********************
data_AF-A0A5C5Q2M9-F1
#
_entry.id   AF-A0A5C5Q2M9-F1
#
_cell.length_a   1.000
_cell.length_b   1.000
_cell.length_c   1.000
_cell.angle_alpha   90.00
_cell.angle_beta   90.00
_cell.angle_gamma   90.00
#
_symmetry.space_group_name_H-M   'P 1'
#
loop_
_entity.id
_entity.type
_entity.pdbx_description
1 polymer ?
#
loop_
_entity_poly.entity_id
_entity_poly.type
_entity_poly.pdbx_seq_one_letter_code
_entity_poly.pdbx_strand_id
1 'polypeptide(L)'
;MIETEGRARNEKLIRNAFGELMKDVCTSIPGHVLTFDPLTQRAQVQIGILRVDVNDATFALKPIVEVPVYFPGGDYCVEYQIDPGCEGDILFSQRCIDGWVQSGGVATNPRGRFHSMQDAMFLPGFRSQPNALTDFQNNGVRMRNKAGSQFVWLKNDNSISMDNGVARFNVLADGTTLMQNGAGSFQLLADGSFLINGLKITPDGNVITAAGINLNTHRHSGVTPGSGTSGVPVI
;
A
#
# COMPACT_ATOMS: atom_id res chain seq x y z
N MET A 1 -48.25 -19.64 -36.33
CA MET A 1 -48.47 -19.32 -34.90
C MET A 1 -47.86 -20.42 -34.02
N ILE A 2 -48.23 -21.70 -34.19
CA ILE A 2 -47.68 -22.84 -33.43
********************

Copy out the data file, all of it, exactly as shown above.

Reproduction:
data_AF-A0A5C5Q2M9-F1
#
_entry.id   AF-A0A5C5Q2M9-F1
#
_cell.length_a   1.000
_cell.length_b   1.000
_cell.length_c   1.000
_cell.angle_alpha   90.00
_cell.angle_beta   90.00
_cell.angle_gamma   90.00
#
_symmetry.space_group_name_H-M   'P 1'
#
loop_
_entity.id
_entity.type
_entity.pdbx_description
1 polymer ?
#
loop_
_entity_poly.entity_id
_entity_poly.type
_entity_poly.pdbx_seq_one_letter_code
_entity_poly.pdbx_strand_id
1 'polypeptide(L)'
;MIETEGRARNEKLIRNAFGELMKDVCTSIPGHVLTFDPLTQRAQVQIGILRVDVNDATFALKPIVEVPVYFPGGDYCVEYQIDPGCEGDILFSQRCIDGWVQSGGVATNPRGRFHSMQDAMFLPGFRSQPNALTDFQNNGVRMRNKAGSQFVWLKNDNSISMDNGVARFNVLADGTTLMQNGAGSFQLLADGSFLINGLKITPDGNVITAAGINLNTHRHSGVTPGSGTSGVPVI
;
A
#
# COMPACT_ATOMS: atom_id res chain seq x y z
N MET A 1 -48.25 -19.64 -36.33
CA MET A 1 -48.47 -19.32 -34.90
C MET A 1 -47.86 -20.42 -34.02
N ILE A 2 -48.23 -21.70 -34.19
CA ILE A 2 -47.68 -22.84 -33.43